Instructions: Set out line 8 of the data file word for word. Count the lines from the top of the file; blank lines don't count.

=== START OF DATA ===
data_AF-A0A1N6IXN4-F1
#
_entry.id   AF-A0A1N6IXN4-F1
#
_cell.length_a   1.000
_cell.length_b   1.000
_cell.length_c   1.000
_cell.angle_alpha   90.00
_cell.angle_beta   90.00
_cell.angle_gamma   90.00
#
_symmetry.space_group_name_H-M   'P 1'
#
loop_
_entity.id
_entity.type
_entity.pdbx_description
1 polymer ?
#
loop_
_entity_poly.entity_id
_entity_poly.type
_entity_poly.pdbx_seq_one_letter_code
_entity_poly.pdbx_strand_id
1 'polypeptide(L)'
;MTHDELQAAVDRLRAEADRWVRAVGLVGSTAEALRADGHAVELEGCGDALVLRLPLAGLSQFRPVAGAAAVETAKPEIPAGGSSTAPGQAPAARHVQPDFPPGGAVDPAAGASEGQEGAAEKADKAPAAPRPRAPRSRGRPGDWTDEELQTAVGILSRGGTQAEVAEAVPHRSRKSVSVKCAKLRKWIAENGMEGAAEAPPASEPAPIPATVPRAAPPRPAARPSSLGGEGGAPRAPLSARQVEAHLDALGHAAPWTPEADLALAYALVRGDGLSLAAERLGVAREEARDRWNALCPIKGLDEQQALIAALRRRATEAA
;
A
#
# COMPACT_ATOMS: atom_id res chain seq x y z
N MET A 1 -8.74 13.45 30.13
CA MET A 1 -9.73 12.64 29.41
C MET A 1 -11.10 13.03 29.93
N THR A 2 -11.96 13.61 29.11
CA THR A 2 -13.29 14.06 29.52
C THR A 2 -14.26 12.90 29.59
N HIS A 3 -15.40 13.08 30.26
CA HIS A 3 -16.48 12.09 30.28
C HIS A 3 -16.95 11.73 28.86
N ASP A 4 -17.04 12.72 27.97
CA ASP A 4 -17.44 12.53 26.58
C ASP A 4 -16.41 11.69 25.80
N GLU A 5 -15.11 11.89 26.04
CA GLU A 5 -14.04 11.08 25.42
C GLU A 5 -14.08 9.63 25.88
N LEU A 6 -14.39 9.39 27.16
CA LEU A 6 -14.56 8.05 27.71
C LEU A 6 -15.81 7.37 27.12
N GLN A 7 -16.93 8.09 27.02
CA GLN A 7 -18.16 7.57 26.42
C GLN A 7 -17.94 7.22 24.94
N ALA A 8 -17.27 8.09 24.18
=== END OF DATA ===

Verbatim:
_cell.angle_alpha   90.00